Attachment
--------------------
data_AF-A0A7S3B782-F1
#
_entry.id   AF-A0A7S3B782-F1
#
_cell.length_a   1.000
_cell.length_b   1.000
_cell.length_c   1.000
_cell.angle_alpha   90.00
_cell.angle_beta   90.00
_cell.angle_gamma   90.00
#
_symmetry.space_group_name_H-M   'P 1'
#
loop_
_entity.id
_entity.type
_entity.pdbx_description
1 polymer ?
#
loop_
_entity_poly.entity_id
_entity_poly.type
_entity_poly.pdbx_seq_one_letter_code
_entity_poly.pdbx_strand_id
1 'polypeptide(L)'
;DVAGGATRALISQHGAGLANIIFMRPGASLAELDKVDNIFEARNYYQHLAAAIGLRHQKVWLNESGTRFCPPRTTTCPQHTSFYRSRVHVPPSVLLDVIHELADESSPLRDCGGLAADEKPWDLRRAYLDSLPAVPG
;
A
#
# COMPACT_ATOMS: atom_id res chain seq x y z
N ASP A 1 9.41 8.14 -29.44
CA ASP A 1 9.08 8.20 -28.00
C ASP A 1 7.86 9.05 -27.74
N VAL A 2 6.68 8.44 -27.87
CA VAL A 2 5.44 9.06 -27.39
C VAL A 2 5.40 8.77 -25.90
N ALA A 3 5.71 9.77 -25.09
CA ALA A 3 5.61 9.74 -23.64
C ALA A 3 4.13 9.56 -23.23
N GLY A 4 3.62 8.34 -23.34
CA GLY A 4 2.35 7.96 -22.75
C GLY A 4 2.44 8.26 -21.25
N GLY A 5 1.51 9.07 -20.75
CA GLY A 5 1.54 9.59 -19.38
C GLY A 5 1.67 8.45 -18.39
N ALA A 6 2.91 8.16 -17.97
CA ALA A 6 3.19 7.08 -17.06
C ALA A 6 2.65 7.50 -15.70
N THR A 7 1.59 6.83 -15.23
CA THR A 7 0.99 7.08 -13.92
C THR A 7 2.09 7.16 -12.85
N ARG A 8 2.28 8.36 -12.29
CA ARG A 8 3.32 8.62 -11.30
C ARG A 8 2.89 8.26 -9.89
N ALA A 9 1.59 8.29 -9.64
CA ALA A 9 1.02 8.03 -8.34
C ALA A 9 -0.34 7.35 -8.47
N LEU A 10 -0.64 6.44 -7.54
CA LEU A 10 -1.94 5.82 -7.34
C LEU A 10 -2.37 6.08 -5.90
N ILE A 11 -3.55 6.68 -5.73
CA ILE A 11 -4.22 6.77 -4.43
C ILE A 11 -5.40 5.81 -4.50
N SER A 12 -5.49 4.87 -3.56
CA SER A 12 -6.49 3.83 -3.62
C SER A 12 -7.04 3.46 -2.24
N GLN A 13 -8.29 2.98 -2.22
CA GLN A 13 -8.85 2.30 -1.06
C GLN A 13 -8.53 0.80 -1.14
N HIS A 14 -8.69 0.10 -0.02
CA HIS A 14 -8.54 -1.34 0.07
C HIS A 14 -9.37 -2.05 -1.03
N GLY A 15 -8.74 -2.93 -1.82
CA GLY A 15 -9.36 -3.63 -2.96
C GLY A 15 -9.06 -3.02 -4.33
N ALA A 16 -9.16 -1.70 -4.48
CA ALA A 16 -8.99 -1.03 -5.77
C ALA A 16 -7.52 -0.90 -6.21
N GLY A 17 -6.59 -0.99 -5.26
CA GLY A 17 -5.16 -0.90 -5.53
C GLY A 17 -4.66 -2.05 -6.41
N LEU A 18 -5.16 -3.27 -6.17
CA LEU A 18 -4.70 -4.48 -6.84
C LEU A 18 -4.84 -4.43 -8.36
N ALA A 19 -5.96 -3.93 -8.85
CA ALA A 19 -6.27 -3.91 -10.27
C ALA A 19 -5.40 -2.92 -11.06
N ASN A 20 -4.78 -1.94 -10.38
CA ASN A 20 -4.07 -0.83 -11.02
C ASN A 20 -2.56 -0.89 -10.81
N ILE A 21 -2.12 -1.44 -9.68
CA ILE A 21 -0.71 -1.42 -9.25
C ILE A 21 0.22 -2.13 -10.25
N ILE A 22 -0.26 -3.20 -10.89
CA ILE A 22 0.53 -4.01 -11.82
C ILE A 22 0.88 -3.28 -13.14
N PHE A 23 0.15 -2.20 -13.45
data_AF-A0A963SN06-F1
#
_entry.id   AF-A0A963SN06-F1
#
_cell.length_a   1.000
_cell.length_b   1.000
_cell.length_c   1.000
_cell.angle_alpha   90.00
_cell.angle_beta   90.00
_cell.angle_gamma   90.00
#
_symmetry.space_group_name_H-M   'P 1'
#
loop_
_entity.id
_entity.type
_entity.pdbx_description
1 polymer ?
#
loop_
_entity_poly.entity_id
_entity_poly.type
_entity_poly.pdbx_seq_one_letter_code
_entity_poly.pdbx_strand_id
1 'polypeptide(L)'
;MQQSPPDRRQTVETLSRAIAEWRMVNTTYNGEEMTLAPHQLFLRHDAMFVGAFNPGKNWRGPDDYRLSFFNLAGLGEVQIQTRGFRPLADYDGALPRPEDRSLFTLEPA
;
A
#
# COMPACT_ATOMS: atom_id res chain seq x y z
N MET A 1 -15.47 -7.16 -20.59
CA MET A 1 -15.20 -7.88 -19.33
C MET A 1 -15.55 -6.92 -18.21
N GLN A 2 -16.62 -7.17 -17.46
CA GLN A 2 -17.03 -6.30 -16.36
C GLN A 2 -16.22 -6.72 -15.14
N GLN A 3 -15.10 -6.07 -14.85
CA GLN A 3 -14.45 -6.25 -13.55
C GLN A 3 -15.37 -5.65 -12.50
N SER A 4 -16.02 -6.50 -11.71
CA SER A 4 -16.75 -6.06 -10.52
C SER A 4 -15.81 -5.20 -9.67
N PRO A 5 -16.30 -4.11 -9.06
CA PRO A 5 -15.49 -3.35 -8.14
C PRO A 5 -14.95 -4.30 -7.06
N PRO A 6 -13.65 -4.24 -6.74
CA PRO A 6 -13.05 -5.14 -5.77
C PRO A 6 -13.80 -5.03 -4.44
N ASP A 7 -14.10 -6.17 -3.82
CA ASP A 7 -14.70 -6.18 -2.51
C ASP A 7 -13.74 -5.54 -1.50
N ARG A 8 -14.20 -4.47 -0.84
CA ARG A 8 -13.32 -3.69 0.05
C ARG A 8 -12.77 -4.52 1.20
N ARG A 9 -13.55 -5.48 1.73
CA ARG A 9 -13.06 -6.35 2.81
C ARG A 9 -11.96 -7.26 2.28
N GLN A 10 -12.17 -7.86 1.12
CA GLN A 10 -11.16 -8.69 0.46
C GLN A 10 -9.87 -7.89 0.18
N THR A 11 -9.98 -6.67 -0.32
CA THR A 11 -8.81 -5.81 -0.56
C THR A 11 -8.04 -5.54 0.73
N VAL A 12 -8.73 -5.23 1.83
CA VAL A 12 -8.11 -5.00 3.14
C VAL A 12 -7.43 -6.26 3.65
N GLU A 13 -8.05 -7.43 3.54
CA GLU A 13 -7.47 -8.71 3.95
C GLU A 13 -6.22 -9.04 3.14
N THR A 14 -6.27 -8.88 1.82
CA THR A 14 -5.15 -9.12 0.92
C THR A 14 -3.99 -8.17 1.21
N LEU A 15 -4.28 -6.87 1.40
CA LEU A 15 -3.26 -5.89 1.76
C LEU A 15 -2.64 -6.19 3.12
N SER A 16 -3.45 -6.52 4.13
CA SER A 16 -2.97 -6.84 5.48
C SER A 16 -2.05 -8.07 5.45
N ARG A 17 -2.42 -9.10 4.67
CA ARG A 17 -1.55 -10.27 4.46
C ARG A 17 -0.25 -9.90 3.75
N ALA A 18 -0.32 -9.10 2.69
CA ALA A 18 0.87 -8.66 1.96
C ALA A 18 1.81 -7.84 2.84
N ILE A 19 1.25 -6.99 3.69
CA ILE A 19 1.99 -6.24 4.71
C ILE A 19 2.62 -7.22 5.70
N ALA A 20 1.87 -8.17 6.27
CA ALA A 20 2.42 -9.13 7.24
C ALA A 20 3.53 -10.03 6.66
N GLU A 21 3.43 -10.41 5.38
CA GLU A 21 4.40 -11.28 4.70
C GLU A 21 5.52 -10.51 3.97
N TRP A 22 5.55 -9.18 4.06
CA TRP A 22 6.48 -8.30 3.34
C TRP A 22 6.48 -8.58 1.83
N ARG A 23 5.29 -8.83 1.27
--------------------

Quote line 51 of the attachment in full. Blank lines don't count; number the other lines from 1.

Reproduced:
C THR A 7 2.09 7.16 -12.85